Electron Transport Phosphorylation
Energy and Work
Factors Affecting Enzyme
The cells capacity to:
1. Acquire energy.
2. Use energy to build, degrade, store and
release substance in a controlled manner.
How do cells acquire energy?
By breaking down high energy molecules in or food.
For example: when we eat carbohydrates:
1. Digestion breaks these complex sugars down to glucose.
2. Glucose, a high energy molecule, is absorbed across the
gut into your bloodstream.
3. An increase in blood glucose triggers the pancreas to
4. Insulin signals cells to start taking up more glucose.
5. Glucose in the cell is the beginning of metabolism.
Why do cells need energy?
Cells need energy to do work.
Chemical building, rearranging,
breaking apart substances
Mechanical moving flagella, cell structures,
parts of or the whole body
Electrochemical moving charged substances across
1. To further understand how metabolism
works we must introduce some concepts,
processes and participants.
Concepts & Processes
4. Membrane transport
5. Metabolic pathways
6. Aerobic respiration
7. Anaerobic pathways
2. Adenosine triphosphate (ATP)
Energy is the capacity to do work and can’t
be created from nothing.
Where does energy come from?
Mostly from the sun
•1st Law: Any isolated system has a finite amount of energy
that cannot be added to or lost, but can be
converted from one form to another.
(conservation of energy)
•2nd Law: Systems move from more ordered to less ordered.
Energy flows in one direction.
Sun Photosynthetic producers consumers
Energy is stored and released by building and
degrading molecules (energy is stored in chemical
1. Endergonic reactions – Energy in.
2. Exergonic reactions – Energy out.
energy-poor starting substances
are required to produce
Energy must be added
to the reaction to
molecules into high
Result in the net release
of energy (aerobic
Molecular bonds are
broken in a step by step
process so that cells can
capture energy in a
ATP Is the Cell’s Energy Currency
ATP is used in numerous biological processes.
Examples: provides energy for heat, nerve electricity,
light (fireflies), muscle movement, pumping
substances across membranes against a gradient.
Most metabolic reactions occur in orderly,
enzyme-mediated sequences. These are
•Metabolic reactions start with reactants.
•Intermediates are formed during the reaction.
•The substances at the end are known as products.
Many metabolic pathways are reversible with
products being converted back to reactants.
Reversible reaction help maintain an equilibrium.
Features of Enzymes
1. Nearly all enzymes are proteins.
2. Speed rate of reaction by lowering
Enzymes Lower Activation Energy
direction of reaction
from page 78
of your text
Features of Enzymes (Cont.)
3. Enzymes are not used up or permanently
4. Enzymes are substrate specific.
Factors Affecting Enzyme Activity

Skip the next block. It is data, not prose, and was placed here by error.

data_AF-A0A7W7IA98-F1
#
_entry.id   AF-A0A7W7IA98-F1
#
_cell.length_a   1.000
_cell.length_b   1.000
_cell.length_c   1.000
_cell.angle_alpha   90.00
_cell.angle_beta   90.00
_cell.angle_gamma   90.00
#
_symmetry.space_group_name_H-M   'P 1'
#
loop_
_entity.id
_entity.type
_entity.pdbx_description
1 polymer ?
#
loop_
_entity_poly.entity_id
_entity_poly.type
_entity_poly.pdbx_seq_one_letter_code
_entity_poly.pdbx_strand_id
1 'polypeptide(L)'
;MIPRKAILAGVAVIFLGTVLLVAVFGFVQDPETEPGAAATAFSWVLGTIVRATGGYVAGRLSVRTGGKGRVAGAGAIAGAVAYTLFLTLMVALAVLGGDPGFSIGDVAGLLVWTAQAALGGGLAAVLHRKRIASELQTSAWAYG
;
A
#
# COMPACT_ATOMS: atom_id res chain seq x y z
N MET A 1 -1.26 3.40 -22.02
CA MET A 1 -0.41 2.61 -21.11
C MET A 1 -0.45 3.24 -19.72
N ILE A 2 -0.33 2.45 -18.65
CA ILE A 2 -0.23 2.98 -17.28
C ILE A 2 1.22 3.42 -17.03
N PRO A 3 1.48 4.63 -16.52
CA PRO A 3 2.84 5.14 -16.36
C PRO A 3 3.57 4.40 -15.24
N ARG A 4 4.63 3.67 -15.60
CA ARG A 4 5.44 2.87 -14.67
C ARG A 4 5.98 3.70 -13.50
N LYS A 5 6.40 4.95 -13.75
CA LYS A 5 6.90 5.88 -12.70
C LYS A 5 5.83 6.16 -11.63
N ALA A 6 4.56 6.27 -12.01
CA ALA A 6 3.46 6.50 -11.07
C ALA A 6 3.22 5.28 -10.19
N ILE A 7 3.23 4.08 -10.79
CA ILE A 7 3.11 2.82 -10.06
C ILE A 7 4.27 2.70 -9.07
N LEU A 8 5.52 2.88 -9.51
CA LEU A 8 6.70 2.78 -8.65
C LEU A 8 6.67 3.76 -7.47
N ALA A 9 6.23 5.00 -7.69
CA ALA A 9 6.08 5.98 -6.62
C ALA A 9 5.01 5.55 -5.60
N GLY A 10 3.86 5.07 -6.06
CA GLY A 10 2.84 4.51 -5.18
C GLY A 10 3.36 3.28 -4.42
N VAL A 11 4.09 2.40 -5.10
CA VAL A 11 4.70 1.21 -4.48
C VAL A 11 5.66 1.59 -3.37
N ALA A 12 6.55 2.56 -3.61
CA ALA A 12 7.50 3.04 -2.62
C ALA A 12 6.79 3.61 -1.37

Actual ranges of
Figures 5.13 &.14
from page 81 of
1. Cell membranes are selectively permeable.
2. CO2, O2, and small nonpolar molecules
pass through the membrane.
3. Polar water molecules slip though gaps in
the cell membrane when the lipid bilayer
flexes and bends.
4. Ions and large polar molecules such as
glucose must pass through transport
proteins in cell membrane.
Osmosis – diffusion of water molecules in a
concentration gradient across a selectively
Water moves in the direction necessary to equalize
Passive and Active Transport
1. In both processes, solutes move through
transport proteins in the cell membrane.
2. In passive transport, substances move
passively (they diffuse).
3. In active transport, ATP is required to
pump substances against a concentration
Passive and Active Transport
Solutes follow gradients
Solutes move against
1. Cells use vesicles to expel or take in large
items or large numbers of items.
2. Exocytosis – vesicle fuses with plasma
membrane and contents are released
3. Endocytosis – cell surrounds items at
outer surface and brings them inside,
creating a vesicle.
Endocytosis and Exocytosis
1. All cells make ATP by pathways that release
chemical energy from organic compounds such
2. Cells store chemical energy as ATP to use in
future reactions that require energy input.
There are two pathways for generating ATP
Aerobic Respiration – requires O2
Anaerobic Respiration – no O2 needed
1. Glycolysis – In Cytoplasm
2. Krebs Cycle – In Mitochondria
3. Electron Transport Phosphorylation - Mitochondria
Overview of Aerobic Respiration
energy input to
2 NADH 2 pyruvate
e- + H+
e- + oxygen
(2 ATP net)
TYPICAL ENERGY YIELD: 36 ATP
e- + H+
e- + H+
e- + H+
111 of your
Aerobic Respiration Overview
Animation Electron Transport Animation
Fig. 7.9, p. 115
ADP + Pi
inner mitochondrial compartment
outer mitochondrial compartment
Electrons and hydrogen from cytoplasmic
NADH are shuttled into inner compartment.
Two coenzymes already inside transfer the
electrons to a transport system.
Coenzymes (8 NAD+, 2 FAD
total) transfer electrons and
hydrogen from remnants of
pyruvate to a transfer system.
to the outer
At ATP synthases H+ flowing back
in drives ATP formation
for in the
d In third stage, NADH
and FADH2 from second
stage used to make 28 ATP by
c In third stage, NADH
from glycolysis used to
form 4 ATP by electron transport
b In Krebs cycle of
second stage, 2 ATP
form by substrate-level
a In glycolysis, 2 ATP used;
4 ATP form by substrate-
So net yield is 2 ATP.
Fig. 7.8a, p. 114
Fig. 7.8b, p. 114
Anaerobic Respiration Pathways
1. Bacteria and yeast use anaerobic respiration.
Their metabolic pathways do not use
oxygen as the final acceptor of electrons
that ultimately form ATP.
2. In both lactate fermentation and alcoholic
fermentation, only 2 ATP are produced
from each glucose molecule.